Linear Combination of Vectors

A linear combination of vectors is a sum of scalar multiples of those vectors. That is, given a set of $ M$ vectors $ \underline{x}_i$ of the same type,5.4 such as $ {\bf R}^N$ (they must have the same number of elements so they can be added), a linear combination is formed by multiplying each vector by a scalar $ \alpha_i$ and summing to produce a new vector $ \underline{y}$ of the same type:

$\displaystyle \underline{y}= \alpha_1 \underline{x}_1 + \alpha_2 \underline{x}_2 + \cdots + \alpha_M \underline{x}_M

For example, let $ \underline{x}_1=(1,2,3)$, $ \underline{x}_2=(4,5,6)$, $ \alpha_1=2$, and $ \alpha_2=3$. Then the linear combination of $ \underline{x}_1$ and $ \underline{x}_2$ is given by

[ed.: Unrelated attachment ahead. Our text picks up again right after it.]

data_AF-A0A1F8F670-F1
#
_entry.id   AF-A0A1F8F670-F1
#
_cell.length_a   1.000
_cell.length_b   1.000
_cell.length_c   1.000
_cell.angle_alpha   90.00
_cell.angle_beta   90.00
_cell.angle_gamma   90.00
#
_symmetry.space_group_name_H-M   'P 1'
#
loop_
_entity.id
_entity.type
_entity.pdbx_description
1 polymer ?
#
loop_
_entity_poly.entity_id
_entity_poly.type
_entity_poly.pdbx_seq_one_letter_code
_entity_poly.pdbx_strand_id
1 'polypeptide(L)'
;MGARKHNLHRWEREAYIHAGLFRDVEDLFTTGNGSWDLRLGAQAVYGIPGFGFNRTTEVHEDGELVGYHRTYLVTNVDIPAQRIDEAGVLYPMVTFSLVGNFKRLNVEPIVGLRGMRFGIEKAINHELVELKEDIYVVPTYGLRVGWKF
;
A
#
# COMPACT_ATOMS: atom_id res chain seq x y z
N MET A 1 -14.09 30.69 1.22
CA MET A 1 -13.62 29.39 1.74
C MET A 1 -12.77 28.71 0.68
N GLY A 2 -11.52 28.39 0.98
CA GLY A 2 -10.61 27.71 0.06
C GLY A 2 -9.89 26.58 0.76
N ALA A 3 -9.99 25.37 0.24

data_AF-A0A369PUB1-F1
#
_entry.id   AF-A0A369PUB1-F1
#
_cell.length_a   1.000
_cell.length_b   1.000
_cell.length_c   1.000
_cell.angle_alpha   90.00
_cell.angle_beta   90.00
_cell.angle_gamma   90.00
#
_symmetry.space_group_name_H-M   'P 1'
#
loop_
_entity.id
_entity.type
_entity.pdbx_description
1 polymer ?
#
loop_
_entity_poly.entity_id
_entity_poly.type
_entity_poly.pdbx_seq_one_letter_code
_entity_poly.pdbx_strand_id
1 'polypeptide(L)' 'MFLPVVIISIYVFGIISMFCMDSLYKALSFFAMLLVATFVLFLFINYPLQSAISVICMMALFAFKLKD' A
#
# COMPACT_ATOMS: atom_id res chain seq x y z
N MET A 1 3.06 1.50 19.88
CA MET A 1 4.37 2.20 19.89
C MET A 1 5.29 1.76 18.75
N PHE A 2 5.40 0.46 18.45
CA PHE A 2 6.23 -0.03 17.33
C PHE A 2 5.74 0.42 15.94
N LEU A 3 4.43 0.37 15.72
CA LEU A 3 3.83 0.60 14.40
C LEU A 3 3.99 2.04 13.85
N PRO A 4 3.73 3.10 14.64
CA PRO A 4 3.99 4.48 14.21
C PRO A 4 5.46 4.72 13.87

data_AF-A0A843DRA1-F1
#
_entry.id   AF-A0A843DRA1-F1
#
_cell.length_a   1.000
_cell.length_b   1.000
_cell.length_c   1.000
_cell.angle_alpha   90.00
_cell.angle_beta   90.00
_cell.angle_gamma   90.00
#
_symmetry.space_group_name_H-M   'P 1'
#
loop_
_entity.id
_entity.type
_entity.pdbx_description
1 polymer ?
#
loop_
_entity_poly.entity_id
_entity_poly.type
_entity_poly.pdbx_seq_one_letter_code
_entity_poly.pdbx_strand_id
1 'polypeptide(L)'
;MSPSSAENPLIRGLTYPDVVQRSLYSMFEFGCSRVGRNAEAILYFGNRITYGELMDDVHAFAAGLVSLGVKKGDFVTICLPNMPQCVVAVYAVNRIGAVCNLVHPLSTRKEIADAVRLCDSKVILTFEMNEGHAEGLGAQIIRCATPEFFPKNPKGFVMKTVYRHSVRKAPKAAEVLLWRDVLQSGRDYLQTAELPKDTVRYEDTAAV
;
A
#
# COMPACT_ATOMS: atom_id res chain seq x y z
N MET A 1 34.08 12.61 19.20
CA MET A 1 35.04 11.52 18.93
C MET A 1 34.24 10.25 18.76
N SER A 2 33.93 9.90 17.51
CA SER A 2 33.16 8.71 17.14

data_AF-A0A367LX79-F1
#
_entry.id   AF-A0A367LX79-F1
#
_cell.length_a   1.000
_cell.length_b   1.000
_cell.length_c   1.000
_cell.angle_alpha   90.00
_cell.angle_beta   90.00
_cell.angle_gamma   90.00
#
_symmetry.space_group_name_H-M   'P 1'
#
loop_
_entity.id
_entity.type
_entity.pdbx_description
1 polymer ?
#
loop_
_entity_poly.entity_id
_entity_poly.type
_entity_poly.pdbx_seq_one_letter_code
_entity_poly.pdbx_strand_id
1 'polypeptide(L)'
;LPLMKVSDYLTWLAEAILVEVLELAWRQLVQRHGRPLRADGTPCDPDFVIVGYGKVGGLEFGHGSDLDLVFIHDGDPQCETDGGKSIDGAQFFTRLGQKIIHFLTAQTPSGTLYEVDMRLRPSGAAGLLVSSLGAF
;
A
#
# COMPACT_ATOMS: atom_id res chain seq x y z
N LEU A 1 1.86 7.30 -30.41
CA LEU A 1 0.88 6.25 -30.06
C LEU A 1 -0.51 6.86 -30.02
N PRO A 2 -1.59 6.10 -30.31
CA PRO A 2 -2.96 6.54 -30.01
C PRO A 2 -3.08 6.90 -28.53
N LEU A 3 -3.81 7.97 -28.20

$\displaystyle \underline{y}= \alpha_1\underline{x}_1 + \alpha_2\underline{x}_2 = 2\cdot(1,2,3) + 3\cdot(4,5,6)
= (2,4,6)+(12,15,18) = (14,19,24).

In signal processing, we think of a linear combination as a signal mix. Thus, the output of a mixing console may be regarded as a linear combination of the input signal tracks.

Next Section:
Linear Vector Space
Previous Section:
Scalar Multiplication